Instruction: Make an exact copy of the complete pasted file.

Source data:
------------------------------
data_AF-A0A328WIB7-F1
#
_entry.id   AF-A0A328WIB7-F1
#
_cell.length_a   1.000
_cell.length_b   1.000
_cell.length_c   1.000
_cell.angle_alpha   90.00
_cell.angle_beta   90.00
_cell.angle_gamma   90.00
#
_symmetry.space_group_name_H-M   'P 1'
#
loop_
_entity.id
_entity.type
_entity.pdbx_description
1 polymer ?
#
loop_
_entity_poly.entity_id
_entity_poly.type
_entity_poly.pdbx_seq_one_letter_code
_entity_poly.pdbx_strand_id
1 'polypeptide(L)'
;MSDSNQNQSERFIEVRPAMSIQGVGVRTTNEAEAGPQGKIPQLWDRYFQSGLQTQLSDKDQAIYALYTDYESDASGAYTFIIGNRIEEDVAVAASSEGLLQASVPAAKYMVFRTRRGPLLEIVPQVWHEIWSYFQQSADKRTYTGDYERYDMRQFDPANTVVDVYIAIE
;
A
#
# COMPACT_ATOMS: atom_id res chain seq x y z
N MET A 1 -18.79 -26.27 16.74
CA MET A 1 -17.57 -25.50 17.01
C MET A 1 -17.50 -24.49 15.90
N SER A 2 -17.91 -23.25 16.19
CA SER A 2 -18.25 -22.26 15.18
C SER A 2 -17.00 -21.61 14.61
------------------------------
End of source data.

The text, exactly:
data_AF-A0A328WIB7-F1
#
_entry.id   AF-A0A328WIB7-F1
#
_cell.length_a   1.000
_cell.length_b   1.000
_cell.length_c   1.000
_cell.angle_alpha   90.00
_cell.angle_beta   90.00
_cell.angle_gamma   90.00
#
_symmetry.space_group_name_H-M   'P 1'
#
loop_
_entity.id
_entity.type
_entity.pdbx_description
1 polymer ?
#
loop_
_entity_poly.entity_id
_entity_poly.type
_entity_poly.pdbx_seq_one_letter_code
_entity_poly.pdbx_strand_id
1 'polypeptide(L)'
;MSDSNQNQSERFIEVRPAMSIQGVGVRTTNEAEAGPQGKIPQLWDRYFQSGLQTQLSDKDQAIYALYTDYESDASGAYTFIIGNRIEEDVAVAASSEGLLQASVPAAKYMVFRTRRGPLLEIVPQVWHEIWSYFQQSADKRTYTGDYERYDMRQFDPANTVVDVYIAIE
;
A
#
# COMPACT_ATOMS: atom_id res chain seq x y z
N MET A 1 -18.79 -26.27 16.74
CA MET A 1 -17.57 -25.50 17.01
C MET A 1 -17.50 -24.49 15.90
N SER A 2 -17.91 -23.25 16.19
CA SER A 2 -18.25 -22.26 15.18
C SER A 2 -17.00 -21.61 14.61